At one point, I decided it might not be a good idea but Richard said, "Hell, the worst thing they can say is "No"!" so on we paddled.

"Mike" met us at the water and being an ex-Vietnam vet, he and Richard hit it off and we were quickly made to feel at home. We were offered cold drinks, water, pork barbeque, wiskey - everything but a couple of young blonds. We were given permission to camp there and they even offered to go fetch anything we needed.

Richard, being part fish and all seal, even swam across the river (my guess about 125 yards wide) with one guy's wife and back again! Yep - that's after paddling 19 miles.

I'm telling you, we swapped stories, jokes, drinks - it was true southern hospitality at its finest.

One guy talked about surviving an ultralight plane crash and then he offered to find us on the river and take pictures as he flew over.

From the camp the next morning:


Looking down the river:

Underway again:

More to come....

 Post subject: Re: Paddling the Alabama
PostPosted: Sat Jun 14, 2008 1:24 pm 
Sunday, we were once again up and at it early. I got the feeling that Richard would have rather stayed up later Saturday night and may have been somewhat disappointed that most of us were in our tents around 9 PM. What can I say, it had been a long day for me and the heat had taken its toll. Plus, at some point, the bugs have eaten too much of me and I retreat into my hammock to read myself to sleep.

Sunday was to be an easy day - 10 miles to a place called Holy Ground which is supposed to be an old Indian site that they considered to be holy.

We made great time - so much so that we slowed down purposely taking breaks waiting for the plane to show up.

Finally, we heard him and all of us gathered towards the middle of the river. The pilot made about four loops taking pictures - we hope - and then lined it up with the river and buzzed us.

I had grabbed my camera and was taking a picture when I heard a big splash to my left. Chris flipped out attempting to moon the pilot!

This was a 1945 Army observer airplane:

Chris and Richard:

Laughing and enjoying the moment:

We made our way to Holy Ground which is a day-use only park and while I unloaded my stuff, the three amigos called for their shuttle and prepared to load up.

I have to tell you that early that morning, I paddled off alone. One reason was to be a brief taste of paddling alone and the other was to take a few pictures. While I was prepared to say goodbye, I wasn't sure how I would react to paddling alone.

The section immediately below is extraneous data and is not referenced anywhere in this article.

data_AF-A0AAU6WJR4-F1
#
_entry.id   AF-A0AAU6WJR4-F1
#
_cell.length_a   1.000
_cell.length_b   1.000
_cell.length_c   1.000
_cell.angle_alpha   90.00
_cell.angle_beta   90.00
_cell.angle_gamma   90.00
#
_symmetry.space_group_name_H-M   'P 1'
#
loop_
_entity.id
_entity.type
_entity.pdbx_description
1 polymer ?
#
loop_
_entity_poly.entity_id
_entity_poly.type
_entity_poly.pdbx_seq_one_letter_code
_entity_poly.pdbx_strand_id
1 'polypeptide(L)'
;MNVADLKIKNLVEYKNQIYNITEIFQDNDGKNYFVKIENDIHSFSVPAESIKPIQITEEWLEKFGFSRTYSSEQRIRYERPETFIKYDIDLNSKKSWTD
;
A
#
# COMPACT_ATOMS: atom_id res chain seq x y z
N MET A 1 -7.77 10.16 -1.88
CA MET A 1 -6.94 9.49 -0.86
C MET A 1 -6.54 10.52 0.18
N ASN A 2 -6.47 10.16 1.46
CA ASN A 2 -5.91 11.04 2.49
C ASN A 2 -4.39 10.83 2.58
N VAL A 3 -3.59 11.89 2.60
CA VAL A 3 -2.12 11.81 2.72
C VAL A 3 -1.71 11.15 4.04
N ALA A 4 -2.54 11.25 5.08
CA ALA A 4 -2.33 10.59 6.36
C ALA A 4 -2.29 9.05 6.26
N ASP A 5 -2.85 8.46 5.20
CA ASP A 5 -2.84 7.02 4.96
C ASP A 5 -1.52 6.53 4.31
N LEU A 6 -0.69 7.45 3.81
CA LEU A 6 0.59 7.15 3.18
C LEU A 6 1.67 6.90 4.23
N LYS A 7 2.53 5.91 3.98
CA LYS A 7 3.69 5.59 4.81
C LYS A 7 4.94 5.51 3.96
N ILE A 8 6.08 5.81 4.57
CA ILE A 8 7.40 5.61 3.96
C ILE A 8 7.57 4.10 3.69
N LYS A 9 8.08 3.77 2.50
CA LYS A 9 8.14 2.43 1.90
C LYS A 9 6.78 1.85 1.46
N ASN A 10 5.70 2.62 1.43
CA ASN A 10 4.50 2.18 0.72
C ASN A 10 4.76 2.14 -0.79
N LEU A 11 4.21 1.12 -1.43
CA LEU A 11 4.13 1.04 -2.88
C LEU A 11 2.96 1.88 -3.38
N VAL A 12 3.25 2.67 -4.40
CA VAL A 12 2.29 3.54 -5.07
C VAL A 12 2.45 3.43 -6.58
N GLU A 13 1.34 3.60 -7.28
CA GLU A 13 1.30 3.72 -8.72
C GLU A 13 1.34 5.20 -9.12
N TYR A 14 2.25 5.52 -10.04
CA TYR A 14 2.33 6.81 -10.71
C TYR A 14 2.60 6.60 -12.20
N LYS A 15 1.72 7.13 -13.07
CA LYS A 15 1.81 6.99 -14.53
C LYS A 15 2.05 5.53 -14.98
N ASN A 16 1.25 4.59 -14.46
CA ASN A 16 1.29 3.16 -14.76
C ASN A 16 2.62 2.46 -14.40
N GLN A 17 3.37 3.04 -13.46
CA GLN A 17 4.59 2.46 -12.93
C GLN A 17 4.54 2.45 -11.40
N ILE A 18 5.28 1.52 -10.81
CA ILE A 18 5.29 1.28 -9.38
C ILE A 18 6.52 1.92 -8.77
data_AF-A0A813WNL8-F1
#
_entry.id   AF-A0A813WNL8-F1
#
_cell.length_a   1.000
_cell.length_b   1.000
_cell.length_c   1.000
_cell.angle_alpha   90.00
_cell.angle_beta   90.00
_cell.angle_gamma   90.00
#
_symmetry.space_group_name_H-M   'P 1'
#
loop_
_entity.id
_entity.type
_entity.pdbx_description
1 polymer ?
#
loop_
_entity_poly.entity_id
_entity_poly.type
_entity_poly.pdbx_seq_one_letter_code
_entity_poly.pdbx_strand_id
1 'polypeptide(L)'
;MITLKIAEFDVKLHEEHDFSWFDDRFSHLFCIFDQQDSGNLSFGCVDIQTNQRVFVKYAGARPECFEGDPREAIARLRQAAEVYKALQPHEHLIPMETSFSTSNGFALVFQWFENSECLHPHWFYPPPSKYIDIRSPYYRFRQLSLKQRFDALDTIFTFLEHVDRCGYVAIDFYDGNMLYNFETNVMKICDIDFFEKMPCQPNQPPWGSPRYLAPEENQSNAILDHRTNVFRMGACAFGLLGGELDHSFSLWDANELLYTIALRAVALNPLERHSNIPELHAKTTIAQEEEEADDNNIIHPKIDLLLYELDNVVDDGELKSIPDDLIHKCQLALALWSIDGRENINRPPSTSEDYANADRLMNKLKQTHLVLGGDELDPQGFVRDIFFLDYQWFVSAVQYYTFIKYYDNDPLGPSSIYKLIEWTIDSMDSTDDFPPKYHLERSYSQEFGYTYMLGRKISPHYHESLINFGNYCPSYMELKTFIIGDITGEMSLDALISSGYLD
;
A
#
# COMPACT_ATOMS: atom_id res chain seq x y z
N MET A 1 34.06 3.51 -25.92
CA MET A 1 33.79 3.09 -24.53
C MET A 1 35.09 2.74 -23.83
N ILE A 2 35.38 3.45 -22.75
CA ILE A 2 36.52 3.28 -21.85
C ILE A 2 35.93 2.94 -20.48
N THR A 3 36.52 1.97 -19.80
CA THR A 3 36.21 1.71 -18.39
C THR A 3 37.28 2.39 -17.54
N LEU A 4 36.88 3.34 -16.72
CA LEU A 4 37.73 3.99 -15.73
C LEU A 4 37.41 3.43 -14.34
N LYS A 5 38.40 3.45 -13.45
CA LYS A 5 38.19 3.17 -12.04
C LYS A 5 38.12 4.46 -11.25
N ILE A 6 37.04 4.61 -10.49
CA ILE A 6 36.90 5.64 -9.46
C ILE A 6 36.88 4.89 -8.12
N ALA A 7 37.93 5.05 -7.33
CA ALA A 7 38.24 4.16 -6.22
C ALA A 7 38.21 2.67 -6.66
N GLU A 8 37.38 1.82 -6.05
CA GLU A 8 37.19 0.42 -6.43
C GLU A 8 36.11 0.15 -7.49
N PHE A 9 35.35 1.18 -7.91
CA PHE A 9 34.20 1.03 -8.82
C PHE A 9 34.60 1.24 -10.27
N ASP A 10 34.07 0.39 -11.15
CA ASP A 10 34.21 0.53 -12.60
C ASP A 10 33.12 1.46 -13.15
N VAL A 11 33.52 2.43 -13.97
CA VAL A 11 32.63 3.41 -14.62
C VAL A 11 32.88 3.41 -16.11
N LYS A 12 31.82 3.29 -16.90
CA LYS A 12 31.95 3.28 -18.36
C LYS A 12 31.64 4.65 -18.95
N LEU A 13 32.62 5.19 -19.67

My campsite - disorganized with everything spread out on the table:


Late afternoon:

At about 6 pm, a Corp of Engineers ranger walked through and I introduced myself to him. I wasn't sure if I would receive permission to camp there that night but they were already aware that someone from Arizona was passing through. The ranger gave me his business card and cellphone and said to call if I needed anything.

He also told the civilian employee that it was ok for me to camp there that night so at 7 pm, when the park closed, I was allowed to stay. The civilian came by to see if I needed anything and told me that no one would bother me since they lock the gates at night.

It was kind of cool - and lonely being the only one there. I enjoyed the peace and quiet!

 Post subject: Re: Paddling the Alabama
PostPosted: Sat Jun 14, 2008 2:41 pm 
I read some of this early a.m. on PNet. Sounds like a good trip. Too bad my brother and I weren't able to make it.



 Post subject: Re: Paddling the Alabama
PostPosted: Sat Jun 14, 2008 2:43 pm 
lord high faltbotmeister
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Joined: Sat Mar 24, 2007 6:30 pm
Posts: 681
Location: Stone Mountain, Ga. U.S.A.
Well done Gerry! All of this brings back great, tired and warm memories. It was great paddling with you , Richard and Chris. I am also glad you made the rest of the trip unscathed. I ( we all ) look forward to reading about the rest of your trip.

B.T.W., After the three of us returned by shuttle to Montgomery, I noticed the bank temp. sign read 99F :oops: . My thoughts were with you for sure!

One other note that makes Richard's story so unique for all of us 'old' folks out there feel better is that Richard ( ) is a truely young man at 60!


"No matter where you go, there you are."

Wilderness Systems Cape Horn 150

 Post subject: Re: Paddling the Alabama
PostPosted: Sat Jun 14, 2008 4:19 pm 
Only 99F? I remember one July day in 1980 when I was at home in between the USAF and starting to college. Back then, I was very much into cycling and decided to bicycle to Tuscaloosa - about 35-miles away. The ride there was fairly easy - I rode around town, visited some local bicycle shops, had lunch and started home about 1 PM.

Now, on that day, I noticed that I was drinking more water than I usually consumed and I stopped a few more times. As I neared Brent, I stopped at a little local store where I knew my mother was conducting a hypertension clinic as part of her health department duties. I don't recall my BP but my sitting pulse was 68 - even after riding about 70-miles at that point.